How Do I Become A Media Trainer?

I recently received a tweet from Heather Harder, a North Carolina college student, who asked: “What should college students interested in media training be doing now to prepare?”

That’s a good question, one I hear not only from college students, but also from other professionals hoping to make a career switch. So in today’s post, I’ll give you my thoughts regarding making your way into our exciting industry.

First, check out my article about how to select a media trainer. It offers 11 tips buyers should consider when shopping around for a trainer – and it will offer you some insights into what I consider to be important qualities in a trainer.

Since media training is not an entry-level job, Heather will need to gain professional experience first.

She can get that experience in one of two places: by working as a journalist or by working with journalists as a public relations representative. Heather should be able to find an entry-level job with a community newspaper, a small radio or television station, or as a staffer in the communications shop of a company or not-for-profit organization.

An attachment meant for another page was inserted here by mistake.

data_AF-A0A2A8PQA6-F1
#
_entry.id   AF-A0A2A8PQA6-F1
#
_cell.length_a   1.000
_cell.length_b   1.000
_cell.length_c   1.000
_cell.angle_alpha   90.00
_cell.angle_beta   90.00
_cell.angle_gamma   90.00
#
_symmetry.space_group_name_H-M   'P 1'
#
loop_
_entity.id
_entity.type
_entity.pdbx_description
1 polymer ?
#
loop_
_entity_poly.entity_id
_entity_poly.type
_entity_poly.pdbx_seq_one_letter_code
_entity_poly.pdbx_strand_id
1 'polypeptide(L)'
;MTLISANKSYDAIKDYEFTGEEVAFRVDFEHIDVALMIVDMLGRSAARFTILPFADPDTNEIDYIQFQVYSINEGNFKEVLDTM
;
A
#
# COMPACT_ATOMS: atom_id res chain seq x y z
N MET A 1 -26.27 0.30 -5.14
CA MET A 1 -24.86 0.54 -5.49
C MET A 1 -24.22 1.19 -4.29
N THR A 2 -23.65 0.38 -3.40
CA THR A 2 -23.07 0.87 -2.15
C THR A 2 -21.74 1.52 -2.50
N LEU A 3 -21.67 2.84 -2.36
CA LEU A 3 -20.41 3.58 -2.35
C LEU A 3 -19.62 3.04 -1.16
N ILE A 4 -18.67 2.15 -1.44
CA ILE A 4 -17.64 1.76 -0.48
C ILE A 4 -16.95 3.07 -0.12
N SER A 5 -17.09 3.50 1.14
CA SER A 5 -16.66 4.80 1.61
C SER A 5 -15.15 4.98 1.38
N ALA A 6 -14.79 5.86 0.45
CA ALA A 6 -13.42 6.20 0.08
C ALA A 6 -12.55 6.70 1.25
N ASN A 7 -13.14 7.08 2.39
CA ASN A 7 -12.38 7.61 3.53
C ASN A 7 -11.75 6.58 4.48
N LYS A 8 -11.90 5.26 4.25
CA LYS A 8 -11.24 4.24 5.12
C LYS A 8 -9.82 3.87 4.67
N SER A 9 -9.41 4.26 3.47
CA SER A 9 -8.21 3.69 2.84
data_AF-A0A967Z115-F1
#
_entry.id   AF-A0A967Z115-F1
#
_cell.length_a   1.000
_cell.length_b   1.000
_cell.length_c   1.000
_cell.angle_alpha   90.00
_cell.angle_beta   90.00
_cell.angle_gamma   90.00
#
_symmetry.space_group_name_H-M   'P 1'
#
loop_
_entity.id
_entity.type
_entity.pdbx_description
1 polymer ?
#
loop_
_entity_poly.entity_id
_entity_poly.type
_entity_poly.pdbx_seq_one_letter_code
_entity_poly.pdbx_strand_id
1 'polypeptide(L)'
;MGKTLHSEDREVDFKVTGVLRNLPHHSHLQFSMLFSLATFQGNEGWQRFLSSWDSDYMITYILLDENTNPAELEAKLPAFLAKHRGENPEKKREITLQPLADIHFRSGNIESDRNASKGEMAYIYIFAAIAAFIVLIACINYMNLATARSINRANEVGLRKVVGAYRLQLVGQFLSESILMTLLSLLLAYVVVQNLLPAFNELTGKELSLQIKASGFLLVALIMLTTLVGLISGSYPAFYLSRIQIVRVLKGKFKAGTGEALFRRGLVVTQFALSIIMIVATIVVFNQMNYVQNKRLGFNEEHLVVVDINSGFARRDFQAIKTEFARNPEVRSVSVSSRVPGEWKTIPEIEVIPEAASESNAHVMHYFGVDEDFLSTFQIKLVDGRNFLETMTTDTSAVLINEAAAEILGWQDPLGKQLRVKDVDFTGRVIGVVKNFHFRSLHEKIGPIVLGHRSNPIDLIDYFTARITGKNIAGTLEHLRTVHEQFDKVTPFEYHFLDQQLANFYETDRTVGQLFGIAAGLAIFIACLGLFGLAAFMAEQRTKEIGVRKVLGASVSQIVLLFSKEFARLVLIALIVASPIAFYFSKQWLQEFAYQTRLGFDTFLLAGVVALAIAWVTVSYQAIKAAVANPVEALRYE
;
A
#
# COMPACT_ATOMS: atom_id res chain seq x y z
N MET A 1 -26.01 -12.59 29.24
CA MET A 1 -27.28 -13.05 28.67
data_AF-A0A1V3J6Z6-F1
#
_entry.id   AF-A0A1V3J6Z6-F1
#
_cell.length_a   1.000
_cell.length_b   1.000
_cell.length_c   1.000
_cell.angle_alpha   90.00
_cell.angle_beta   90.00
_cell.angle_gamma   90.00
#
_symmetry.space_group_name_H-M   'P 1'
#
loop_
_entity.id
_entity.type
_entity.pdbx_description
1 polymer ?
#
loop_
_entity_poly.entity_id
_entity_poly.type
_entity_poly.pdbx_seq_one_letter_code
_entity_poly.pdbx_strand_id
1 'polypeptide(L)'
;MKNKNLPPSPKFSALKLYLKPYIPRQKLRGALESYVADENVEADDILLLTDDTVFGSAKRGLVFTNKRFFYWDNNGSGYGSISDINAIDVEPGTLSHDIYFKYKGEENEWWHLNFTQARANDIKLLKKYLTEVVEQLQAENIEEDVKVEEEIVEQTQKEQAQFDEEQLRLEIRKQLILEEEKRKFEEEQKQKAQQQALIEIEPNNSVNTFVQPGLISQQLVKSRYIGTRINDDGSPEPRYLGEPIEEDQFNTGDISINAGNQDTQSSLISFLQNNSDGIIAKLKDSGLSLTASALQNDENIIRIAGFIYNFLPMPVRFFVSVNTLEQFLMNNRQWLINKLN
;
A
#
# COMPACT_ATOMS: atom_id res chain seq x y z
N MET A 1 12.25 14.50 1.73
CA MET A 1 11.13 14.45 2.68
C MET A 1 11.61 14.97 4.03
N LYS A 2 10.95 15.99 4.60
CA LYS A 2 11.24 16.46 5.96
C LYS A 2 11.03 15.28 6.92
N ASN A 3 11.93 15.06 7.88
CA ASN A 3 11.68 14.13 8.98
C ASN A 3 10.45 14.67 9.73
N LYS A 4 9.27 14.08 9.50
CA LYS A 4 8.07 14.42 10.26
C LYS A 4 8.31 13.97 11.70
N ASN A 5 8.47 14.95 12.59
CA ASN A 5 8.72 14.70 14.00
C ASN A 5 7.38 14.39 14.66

If she really wants to challenge herself, she should accept a position with an organization in crisis. For example, I recently noticed that the Komen Foundation – which just endured a bruising public relations battle – was hiring a senior communications professional. Although Heather won’t qualify for the senior position, she should keep her eyes out for an entry level position with a similarly scandal-struck group. There’s no better way to learn than being thrown straight into the fire.

Media training requires not only knowledge of the media, but also the ability to teach the information in a way that’s likely to resonate with trainees. So Heather should look for every opportunity to lead workshops, develop session agendas, and coach people. Knowing the facts is one thing; knowing how to teach them is quite another.

There are a few other things Heather can do now. She can write for her college newspaper or write a blog, keeping an eye out for opportunities to analyze the communications skills of public figures. She should read books and blogs written by media trainers. And she should follow a few journalism websites as well, to help make sure she’s getting the broadest perspective possible.

Thanks for the message, Heather. I look forward to hearing great things from you in our industry!

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